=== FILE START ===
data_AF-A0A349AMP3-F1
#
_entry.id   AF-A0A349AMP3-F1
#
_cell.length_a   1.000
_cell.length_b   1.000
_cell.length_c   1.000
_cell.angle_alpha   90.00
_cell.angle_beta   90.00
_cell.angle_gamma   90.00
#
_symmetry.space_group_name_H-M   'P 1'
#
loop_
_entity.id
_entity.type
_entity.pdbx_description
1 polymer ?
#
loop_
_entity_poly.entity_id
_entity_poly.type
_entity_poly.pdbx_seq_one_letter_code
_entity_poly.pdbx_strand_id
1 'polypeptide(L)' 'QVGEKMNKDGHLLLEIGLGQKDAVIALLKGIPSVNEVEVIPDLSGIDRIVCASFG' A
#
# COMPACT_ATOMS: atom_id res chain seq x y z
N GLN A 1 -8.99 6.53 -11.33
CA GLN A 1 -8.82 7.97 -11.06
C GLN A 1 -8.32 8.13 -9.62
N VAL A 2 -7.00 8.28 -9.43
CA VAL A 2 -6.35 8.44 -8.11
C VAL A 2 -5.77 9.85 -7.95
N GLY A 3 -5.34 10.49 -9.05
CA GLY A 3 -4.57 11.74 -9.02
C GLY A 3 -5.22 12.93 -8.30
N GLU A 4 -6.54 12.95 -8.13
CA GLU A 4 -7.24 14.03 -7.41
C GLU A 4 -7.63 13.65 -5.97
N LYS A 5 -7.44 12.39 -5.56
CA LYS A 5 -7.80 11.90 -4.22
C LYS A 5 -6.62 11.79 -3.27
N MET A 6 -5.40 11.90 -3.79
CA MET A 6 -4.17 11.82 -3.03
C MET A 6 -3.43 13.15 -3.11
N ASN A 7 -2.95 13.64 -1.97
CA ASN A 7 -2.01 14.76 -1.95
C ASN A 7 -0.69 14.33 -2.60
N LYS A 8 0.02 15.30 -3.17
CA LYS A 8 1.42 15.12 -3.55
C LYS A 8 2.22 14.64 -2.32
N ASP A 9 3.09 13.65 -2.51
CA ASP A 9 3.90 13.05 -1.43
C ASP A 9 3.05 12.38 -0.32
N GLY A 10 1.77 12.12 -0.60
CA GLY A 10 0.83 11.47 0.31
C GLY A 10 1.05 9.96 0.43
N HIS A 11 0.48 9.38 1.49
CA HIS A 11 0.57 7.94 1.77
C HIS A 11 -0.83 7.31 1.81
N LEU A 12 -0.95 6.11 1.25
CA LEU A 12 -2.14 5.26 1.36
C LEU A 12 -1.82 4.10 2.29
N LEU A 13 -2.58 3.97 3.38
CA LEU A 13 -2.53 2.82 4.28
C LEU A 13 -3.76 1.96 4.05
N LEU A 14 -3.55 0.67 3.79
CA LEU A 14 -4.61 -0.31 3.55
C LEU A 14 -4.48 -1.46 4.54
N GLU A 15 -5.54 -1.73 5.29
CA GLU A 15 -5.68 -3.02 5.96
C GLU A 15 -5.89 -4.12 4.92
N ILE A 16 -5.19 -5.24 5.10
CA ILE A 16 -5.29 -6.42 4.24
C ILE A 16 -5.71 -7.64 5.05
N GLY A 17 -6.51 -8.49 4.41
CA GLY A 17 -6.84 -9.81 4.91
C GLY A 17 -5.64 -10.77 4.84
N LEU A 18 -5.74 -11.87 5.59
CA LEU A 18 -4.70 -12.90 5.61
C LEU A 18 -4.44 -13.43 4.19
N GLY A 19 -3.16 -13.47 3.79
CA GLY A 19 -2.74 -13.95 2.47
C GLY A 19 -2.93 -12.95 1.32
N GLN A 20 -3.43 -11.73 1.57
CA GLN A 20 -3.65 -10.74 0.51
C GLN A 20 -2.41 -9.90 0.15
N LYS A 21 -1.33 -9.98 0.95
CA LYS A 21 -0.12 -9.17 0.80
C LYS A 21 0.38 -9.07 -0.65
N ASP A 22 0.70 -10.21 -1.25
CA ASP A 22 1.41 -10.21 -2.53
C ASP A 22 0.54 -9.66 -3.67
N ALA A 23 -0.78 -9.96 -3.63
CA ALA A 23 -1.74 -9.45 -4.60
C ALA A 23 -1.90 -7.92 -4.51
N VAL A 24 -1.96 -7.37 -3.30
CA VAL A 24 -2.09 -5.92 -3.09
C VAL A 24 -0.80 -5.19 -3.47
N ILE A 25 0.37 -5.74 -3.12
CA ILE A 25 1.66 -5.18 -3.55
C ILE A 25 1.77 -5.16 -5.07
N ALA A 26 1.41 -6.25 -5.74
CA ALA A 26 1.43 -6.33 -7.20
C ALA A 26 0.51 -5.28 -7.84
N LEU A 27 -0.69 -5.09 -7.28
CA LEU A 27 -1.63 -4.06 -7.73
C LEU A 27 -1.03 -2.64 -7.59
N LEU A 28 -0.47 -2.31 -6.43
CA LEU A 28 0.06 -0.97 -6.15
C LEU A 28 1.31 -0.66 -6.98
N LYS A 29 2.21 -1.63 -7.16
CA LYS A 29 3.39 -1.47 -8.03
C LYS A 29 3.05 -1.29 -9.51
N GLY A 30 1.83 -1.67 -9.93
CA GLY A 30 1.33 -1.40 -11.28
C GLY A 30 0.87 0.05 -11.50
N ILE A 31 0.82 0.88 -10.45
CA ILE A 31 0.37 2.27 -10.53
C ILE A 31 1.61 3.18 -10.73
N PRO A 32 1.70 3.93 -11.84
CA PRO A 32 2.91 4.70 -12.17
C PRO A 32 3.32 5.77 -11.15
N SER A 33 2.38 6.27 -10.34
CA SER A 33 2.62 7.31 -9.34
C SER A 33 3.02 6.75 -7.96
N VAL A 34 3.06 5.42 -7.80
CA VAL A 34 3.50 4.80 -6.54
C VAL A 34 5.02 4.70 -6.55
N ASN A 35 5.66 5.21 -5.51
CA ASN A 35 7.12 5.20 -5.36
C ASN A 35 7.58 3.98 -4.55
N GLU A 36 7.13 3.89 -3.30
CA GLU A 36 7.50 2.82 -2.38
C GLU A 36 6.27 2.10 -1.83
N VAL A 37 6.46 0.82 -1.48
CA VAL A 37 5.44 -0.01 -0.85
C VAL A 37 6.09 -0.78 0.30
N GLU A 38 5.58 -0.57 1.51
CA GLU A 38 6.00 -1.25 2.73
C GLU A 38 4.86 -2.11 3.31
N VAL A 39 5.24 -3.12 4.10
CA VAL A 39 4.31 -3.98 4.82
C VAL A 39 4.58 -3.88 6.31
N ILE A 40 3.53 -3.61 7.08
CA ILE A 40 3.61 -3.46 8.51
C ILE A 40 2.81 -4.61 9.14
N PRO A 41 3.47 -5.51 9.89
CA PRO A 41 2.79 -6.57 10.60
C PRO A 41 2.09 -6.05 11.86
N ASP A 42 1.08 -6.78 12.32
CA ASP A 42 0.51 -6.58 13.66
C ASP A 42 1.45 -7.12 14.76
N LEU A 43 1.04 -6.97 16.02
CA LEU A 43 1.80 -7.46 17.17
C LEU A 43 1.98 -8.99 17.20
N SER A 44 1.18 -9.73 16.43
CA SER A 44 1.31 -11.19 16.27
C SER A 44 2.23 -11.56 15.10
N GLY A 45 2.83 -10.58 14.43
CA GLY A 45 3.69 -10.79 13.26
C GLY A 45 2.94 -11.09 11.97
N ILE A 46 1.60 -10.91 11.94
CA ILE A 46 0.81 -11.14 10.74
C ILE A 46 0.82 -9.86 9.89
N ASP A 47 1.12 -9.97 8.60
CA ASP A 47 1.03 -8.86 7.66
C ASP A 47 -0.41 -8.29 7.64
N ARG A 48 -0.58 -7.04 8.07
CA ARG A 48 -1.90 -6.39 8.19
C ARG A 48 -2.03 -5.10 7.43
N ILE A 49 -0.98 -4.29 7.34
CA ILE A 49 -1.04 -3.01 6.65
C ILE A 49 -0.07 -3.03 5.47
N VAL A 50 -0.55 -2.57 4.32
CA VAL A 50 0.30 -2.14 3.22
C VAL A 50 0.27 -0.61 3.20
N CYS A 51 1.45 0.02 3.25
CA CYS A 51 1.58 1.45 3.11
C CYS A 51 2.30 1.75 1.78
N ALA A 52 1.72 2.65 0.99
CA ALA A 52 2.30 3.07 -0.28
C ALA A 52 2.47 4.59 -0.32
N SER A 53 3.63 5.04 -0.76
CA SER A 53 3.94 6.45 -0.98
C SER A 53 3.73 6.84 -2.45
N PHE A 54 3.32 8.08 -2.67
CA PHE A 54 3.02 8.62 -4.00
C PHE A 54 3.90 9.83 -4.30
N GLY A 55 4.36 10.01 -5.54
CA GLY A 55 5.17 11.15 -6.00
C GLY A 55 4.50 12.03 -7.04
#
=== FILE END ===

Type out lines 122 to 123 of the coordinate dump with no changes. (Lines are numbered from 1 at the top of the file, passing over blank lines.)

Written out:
CA PRO A 32 2.91 4.70 -12.17
C PRO A 32 3.32 5.77 -11.15